Deductible Funding - That high deductible you offer your staff comes with another responsibility.
You get a big renewal and your broker suggests a plan with a deductible or a higher deductible to mitigate the renewal increase. The broker will suggest various ways to help the employee pay for the deductible, but will only push so hard because they are afraid to challenge too much which could hurt their relationship with you, their client. Who gets hurt, the employee. Why? Because of bad information coupled with poor insurance consulting.
There are two very important reasons and many ways to help employees manage the deductibles for the plans you offer them. I believe employers have a responsibility to help their employees with this. There are numerous tax advantaged ways to pay for a deductible and those generally provide some financial benefits to companies as well.
Without you setting up some sort of spending, savings, or insurance program for your employees to manage their deductible; an employee is left to pay out of their pockets. While paying out of my personal accounts is simple and easy, it is the most expensive option for both them and your company. This is because the employee gets no tax advantage from these payments and you will not get any tax benefit either. It’s also important to keep in mind that most people don’t have enough saved to pay for a $1,000 unplanned expense. So, higher deductibles can impact the financial wellness of your employees.
Now with only 15% of health plans having a deductible of less than $1,000, I think it’s important for an employer to provide some help in this area. Of covered workers, 85% have an individual deductible over $1,500 and that has doubled since 2008. This increased cost sharing for health care services coupled with increases in both total health insurance premiums and your employees share of those premiums has laid the burden on your employees to pay more and more of their healthcare expenses. Increasing deductibles, consumer directed or otherwise, is not the complete solution to your company’s nor our nation’s healthcare problem. Providing a tailored solution to your company’s needs is what I do. Regarding our national healthcare problem, that’s a topic for another blog(s) and may be out of my area. I focus on helping my clients navigate within the system to increase engagement and control costs.
I think having your employees pay out of standard checking or credit accounts is the worst option but a burden that is placed on many of them. This generally means using a credit card and that likely makes this even more expensive as most people carry a balance on their credit cards. The average American has over $6,000 in credit card debit and the average credit card interest rate is over 16%. Another reason it’s the most expensive method is because almost everyone reading this can’t write medical expenses off on their taxes. You can only deduct your medical expenses when they are in excess of 7.5% of your adjusted gross income. In today’s tight labor market with 3.7% unemployment, you should think it’s a bad option as well. Your staff can find gainful employment easily and the recruiter they are talking to will convince them that they are getting better benefits and higher compensation. Employees will leave you for a $6,000/year raise even if they don’t understand the total compensation you or the new employer is providing them.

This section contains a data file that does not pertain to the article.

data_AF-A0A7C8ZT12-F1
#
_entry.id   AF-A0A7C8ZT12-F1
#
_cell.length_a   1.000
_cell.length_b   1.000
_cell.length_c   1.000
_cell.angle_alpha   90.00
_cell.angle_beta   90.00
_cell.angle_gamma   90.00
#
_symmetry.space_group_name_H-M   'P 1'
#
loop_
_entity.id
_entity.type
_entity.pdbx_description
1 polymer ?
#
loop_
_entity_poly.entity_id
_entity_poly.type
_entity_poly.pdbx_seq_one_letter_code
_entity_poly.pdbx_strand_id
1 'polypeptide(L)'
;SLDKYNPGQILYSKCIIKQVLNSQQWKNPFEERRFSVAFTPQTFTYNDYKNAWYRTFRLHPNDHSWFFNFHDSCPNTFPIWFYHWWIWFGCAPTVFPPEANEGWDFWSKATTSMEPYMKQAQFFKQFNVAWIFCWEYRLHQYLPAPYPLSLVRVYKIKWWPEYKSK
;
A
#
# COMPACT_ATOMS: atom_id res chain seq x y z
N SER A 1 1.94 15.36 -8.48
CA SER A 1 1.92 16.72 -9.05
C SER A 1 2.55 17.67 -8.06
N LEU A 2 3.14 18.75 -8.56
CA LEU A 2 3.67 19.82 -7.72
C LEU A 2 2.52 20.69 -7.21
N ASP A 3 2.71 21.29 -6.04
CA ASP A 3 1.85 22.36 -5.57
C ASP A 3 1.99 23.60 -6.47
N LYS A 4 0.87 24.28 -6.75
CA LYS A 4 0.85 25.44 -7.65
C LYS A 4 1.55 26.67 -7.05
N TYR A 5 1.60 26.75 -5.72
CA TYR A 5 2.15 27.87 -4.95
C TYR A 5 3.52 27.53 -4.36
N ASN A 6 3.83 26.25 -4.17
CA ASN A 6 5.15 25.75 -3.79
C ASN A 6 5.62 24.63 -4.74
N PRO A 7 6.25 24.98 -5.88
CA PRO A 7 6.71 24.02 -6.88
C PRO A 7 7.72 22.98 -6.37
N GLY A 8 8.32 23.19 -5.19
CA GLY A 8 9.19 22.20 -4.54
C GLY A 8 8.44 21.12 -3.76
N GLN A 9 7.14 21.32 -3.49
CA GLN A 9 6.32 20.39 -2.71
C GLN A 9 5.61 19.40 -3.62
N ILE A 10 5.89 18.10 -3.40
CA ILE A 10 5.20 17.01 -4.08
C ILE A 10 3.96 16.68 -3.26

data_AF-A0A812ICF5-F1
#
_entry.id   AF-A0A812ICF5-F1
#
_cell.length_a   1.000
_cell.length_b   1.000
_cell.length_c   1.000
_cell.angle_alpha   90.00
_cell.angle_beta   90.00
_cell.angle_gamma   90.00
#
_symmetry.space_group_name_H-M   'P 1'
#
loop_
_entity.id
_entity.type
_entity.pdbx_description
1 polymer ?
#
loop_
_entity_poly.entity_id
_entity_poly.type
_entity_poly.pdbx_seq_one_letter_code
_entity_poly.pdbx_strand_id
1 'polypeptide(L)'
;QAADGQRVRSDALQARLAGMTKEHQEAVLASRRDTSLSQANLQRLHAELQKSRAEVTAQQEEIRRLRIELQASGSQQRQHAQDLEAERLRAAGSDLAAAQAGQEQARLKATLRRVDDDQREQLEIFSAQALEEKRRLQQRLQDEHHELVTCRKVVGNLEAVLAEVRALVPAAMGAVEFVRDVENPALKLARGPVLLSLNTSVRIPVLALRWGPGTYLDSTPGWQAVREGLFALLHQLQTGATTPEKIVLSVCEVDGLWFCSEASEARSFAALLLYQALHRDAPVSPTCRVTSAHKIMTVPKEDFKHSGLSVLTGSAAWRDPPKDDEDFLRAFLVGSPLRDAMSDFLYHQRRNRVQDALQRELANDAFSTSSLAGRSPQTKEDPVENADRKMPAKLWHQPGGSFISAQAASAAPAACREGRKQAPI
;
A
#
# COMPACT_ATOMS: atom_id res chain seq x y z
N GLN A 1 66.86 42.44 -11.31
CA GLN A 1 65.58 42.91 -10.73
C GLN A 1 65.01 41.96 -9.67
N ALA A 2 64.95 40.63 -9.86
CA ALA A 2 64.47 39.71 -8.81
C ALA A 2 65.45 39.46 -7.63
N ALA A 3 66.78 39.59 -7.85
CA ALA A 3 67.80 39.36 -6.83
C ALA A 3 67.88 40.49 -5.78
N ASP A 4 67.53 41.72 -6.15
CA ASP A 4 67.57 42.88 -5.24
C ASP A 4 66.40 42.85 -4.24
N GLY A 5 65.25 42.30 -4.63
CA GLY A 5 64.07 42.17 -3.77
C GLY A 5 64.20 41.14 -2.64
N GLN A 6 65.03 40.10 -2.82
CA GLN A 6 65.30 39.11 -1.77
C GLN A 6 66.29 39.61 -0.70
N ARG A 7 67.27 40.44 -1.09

So what’s the financial benefit to the company? In short, money that is paid by you or deducted by your employee through payroll to fund medical expenses through an employer sponsored plan will reduce your company’s tax liability. So, if the employee sets aside money in a spending or savings account then you aren’t matching the FICA on that set-a-side. Simply calculate the cost of setting up and maintaining the plan(s) and if the employees are appropriately educated to foster participation, the company may very well satisfy what I believe is their responsibly while gaining a tax advantage.
To be clear, deductibles and deductible funding strategies are not cost containment strategies. These are tools for addressing ways to spend money but not ways to lower healthcare costs. I’ll discuss cost containment elsewhere.
I’ll detail the many ways to support your employee’s deductible funding needs in upcoming posts. Hey, if you agree, disagree or have any valuable contribution please post a comment.
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Bryan (@nsurancing) is an experienced consultant. He has a successful history of working in insurance, retail and government contracting.